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Heads-Up For Sunday, A Super ‘Blood Moon’ Is On The Way

A "blood moon" seen from western Germany during a total lunar eclipse on Sept. 28, 2015.
Image credit: Patrik Stollarz

A special celestial event is on the calendar for this Sunday night and experts are already raving:

“A full 62 luxurious minutes of totality,” says Sky and Telescope Magazine.

“The Only Total Lunar Eclipse of 2019,” promises NASA.

“This full moon will appear to be one of the largest of 2019,” reports Space.com.

North and South America will get the best view of the super “blood moon,” as it’s known, but Europeans and Africans will also be able to watch (weather permitting). So, let’s break down the hype, starting with the eclipse.

Unlike a solar eclipse, when the moon gets between Earth and the sun, a total lunar eclipse occurs when Earth aligns to block the sun’s light from the moon. That can only happen when the moon is on the opposite side of Earth from the sun. About once a month, a full moon is visible when it nears that far point and shines brightly as Earth covers up most of the sun. But approximately once a year, as the moon travels along its tilted axis, it ends up directly behind Earth and is thrust into near darkness.

  • At 9:30 p.m. ET on Sunday, the moon will start to creep into the part of Earth’s shadow known as the penumbra. Not much darkening will be visible yet, according to NASA.
  • By 10:33 p.m. ET, you should see Earth’s shadow start to move across the surface of the moon, growing larger and larger and larger until it completely covers it up.
  • 11:41 p.m. ET will mark the totality of the eclipse, as the moon is fully shaded by Earth. That’s where the “blood” comes in. There’s no violence involved. Instead, the term comes from a reddening of the moon as light leaks around the edge of Earth.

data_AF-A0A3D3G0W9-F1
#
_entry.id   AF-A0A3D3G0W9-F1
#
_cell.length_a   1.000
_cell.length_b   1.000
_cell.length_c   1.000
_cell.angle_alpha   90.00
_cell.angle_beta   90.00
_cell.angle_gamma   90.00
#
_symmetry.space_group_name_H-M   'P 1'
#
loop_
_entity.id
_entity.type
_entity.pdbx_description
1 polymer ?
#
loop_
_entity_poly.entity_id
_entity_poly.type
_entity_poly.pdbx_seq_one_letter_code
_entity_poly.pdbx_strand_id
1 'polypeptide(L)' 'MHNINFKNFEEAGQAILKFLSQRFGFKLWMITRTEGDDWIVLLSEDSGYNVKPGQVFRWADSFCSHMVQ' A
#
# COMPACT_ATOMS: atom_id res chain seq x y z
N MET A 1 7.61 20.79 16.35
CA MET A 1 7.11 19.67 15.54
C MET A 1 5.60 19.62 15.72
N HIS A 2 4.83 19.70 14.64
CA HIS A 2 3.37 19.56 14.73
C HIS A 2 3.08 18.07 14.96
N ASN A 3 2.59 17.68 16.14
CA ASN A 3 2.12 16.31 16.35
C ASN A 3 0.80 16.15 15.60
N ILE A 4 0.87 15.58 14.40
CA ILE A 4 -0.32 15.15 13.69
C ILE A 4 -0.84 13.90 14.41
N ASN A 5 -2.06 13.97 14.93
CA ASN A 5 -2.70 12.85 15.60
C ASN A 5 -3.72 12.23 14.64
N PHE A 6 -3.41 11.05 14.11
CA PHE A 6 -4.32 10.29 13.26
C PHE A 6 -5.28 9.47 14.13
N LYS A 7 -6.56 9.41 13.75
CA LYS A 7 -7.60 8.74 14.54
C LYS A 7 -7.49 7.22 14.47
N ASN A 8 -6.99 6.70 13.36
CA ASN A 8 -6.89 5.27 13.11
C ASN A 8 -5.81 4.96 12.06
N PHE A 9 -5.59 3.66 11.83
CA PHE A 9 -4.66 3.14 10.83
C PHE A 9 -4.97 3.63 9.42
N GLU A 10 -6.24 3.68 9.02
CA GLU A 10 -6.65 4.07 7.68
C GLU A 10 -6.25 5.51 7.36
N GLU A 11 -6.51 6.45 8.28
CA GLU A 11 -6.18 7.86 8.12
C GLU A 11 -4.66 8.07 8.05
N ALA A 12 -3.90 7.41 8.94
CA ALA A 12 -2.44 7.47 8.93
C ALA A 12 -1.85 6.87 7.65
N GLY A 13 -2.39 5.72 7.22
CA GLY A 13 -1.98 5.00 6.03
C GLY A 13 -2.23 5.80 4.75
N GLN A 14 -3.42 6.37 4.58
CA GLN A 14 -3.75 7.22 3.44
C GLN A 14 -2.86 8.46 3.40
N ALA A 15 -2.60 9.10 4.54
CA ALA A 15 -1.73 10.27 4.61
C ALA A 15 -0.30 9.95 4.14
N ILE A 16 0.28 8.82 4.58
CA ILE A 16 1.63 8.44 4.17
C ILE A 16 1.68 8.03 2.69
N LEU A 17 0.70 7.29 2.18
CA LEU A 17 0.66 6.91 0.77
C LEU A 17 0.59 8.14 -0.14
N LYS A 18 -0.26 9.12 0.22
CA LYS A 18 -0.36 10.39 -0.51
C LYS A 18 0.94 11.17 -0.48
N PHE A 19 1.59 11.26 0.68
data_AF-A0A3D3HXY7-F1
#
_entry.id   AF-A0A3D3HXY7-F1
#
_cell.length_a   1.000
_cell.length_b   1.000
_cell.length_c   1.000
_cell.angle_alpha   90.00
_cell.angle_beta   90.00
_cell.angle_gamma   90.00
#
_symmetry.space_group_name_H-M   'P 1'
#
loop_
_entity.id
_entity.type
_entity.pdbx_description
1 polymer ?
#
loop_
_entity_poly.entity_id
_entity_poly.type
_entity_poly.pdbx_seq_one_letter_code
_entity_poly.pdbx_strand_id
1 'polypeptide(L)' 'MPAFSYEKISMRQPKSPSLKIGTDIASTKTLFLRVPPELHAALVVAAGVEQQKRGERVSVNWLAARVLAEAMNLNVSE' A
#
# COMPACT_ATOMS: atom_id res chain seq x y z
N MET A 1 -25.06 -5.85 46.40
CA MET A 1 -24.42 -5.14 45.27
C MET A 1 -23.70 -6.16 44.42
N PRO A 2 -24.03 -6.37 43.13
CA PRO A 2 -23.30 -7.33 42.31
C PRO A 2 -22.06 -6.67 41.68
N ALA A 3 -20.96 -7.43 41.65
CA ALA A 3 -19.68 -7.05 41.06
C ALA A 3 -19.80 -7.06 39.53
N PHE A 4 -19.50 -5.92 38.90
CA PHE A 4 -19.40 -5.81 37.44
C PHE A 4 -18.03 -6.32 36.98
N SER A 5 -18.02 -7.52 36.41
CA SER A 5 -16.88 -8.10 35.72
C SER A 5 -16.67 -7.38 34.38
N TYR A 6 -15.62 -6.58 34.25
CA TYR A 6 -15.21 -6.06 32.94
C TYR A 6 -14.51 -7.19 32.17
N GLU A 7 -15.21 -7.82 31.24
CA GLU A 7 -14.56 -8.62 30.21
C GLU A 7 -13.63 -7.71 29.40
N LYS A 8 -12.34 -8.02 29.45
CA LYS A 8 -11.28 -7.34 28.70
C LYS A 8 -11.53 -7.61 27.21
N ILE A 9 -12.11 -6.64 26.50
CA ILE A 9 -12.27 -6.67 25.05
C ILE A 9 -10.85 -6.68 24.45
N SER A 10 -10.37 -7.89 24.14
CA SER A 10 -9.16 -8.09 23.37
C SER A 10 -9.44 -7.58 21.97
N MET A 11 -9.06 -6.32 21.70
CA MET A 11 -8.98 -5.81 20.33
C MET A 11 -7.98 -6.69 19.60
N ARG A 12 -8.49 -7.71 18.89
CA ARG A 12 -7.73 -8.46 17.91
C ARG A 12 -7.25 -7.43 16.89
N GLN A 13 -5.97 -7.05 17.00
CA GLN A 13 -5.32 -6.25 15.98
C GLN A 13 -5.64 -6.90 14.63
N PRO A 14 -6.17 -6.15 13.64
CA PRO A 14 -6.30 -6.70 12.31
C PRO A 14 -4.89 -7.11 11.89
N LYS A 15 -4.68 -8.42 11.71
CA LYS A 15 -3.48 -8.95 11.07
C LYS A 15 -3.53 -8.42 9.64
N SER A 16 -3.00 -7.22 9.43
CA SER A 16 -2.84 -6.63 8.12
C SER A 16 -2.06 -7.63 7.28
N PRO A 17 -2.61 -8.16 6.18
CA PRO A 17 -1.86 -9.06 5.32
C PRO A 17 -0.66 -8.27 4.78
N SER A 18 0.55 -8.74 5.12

The moon will stay bathed in our colorful shadow for more than an hour before orbiting back out into the sunlight.

As NASA explains, Earth casts a red shadow because of how our atmosphere scatters light. During our days, sunlight coming in from up high is scattered. Short blue lightwaves are bounced around, leaving us with blue skies. But when the sun comes in at an angle — at sunset, sunrise or from the perspective of the moon on the other side of Earth — the sun’s reddish light becomes dominant. That light can also change based on dust, pollutants or other particles in Earth’s atmosphere.

So what about the “super” part of Sunday’s show in the sky? The moon’s orbit around Earth is not perfectly round, so as it circles Earth it is sometimes closer and sometimes farther away, by a distance of about 26,000 miles. That means that when the moon is at its closest point to Earth — known as the perigee — it can appear up to 17 percent larger than it does at the farthest point in its orbit. Sunday’s eclipse will almost coincide with that perigee, meaning that the moon won’t just be redder than usual, it will also look a tiny bit wider.

If you’re a visual learner, NASA has you covered:

It won’t take any special equipment to see the total eclipse — no telescopes or dark glasses required. The main impediment to experiencing the relatively rare phenomenon? Weather.

Midwesterners and Southerners should get a good look at the big, red moon. But National Weather Service cloud-cover forecasts show that the Northeast and much of the West might have their views obscured.

If you can’t catch the eclipse through your window, you can always watch it livestreamed on a screen. Or you can just wait for the Instagram posts.

As NPR’s Rebecca Hersher has reported, the moon will get its shadowy revenge in a few years: “There will be solar eclipses visible from parts of the contiguous U.S. on Oct. 14, 2023, and April 8, 2024. The one in 2024 will be a total solar eclipse visible from Texas to Maine.”

Copyright 2019 NPR. To see more, visit https://www.npr.org.

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